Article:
If nonprofit board members are aware that one of their own has stolen money from the organization and they do nothing about it, are they colluding in the wrongdoing and can they be held personally liable? They are covering up the theft "for the sake of the organization's reputation." Meanwhile, they are allowing the director who committed theft to remain on board.
Normally a person aware of a crime has no responsibility to report it to the police, but the directors have other obligations here. First, they have a fiduciary duty to the organization to do what they can to recover the money, to make the organization whole, and to do what they can to see that it doesn’t happen again. If they have insurance and make a claim, the carrier will probably require a report to the police. If they don’t have insurance or don’t file a claim, they could be found liable for breach of their fiduciary duty if they fail to act. Voting members of the corporation (if there are any), a dissident director, or the attorney general would all be likely to have standing to sue them for their breach of this duty. They could be thrown out of office and could possibly be liable for the loss caused by their failure to act.
Second, if the organization files a Form 990 tax information return, there is a question about whether they learned about a significant diversion of funds during the last year. (I think it is one of the most important questions on the revised form and one that will prevent serial thefts from organizations that don’t want the publicity.) If the theft is large enough to affect the organization’s reputation, it is likely to be large enough to require disclosure. If so, someone has to sign the form under penalty of perjury. The disclosure requires a statement of what the organization has done about the situation. It wouldn’t be good public relations — and would hurt the organization’s reputation — if they report that they did nothing. The organization will recover if they take appropriate action.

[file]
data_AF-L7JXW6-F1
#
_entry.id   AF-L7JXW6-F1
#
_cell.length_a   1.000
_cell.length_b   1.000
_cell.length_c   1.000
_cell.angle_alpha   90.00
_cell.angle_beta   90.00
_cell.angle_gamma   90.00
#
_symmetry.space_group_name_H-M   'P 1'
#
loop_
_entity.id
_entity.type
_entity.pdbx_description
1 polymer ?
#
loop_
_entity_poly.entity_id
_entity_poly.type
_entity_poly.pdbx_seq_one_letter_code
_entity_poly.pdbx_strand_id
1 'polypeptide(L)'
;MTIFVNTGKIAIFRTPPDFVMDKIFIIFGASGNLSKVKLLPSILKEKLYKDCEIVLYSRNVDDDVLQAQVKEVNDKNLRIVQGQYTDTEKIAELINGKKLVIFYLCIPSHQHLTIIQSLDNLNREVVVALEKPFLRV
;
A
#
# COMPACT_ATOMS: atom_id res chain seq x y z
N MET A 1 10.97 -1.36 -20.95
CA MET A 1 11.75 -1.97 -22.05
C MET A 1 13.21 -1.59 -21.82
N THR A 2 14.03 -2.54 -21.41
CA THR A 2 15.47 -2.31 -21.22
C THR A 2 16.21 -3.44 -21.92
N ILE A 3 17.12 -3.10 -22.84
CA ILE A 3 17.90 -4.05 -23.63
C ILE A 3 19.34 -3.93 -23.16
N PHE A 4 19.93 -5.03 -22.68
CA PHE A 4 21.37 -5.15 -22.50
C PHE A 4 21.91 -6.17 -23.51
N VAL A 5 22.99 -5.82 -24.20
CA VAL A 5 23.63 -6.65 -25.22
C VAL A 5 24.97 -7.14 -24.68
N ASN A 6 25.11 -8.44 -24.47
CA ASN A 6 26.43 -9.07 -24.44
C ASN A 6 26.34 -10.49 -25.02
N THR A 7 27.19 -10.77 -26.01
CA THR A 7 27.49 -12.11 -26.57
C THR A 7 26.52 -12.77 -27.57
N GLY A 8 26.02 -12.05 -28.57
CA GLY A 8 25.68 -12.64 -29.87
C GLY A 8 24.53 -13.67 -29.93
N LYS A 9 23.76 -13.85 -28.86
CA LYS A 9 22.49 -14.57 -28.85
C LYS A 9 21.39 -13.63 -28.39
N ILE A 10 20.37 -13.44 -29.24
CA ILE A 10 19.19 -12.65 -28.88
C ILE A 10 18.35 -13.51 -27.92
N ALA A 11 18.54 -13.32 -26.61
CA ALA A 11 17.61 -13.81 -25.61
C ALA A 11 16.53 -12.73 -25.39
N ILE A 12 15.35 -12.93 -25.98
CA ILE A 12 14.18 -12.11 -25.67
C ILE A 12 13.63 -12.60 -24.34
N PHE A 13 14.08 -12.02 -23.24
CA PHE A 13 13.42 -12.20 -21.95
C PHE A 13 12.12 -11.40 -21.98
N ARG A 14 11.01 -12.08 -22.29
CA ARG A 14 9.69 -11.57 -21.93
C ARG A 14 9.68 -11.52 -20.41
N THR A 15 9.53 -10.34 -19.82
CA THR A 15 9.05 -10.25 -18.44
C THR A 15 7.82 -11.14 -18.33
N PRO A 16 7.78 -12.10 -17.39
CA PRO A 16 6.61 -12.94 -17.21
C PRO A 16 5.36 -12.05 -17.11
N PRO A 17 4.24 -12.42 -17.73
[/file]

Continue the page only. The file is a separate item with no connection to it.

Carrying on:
But even if they don’t have to disclose on the Form 990, you might suggest that they worry less about the reputation of the organization and more about their own. When this information becomes known — and they should assume that it will because someone will talk about it outside the board room — and when it becomes known that they did nothing and let the director stay on the board, they will be the ones who face the questions, maybe even more than the director who stole the money. They probably won’t go to jail as accessories to the theft, but they will surely have to answer a lot of uncomfortable questions from their friends.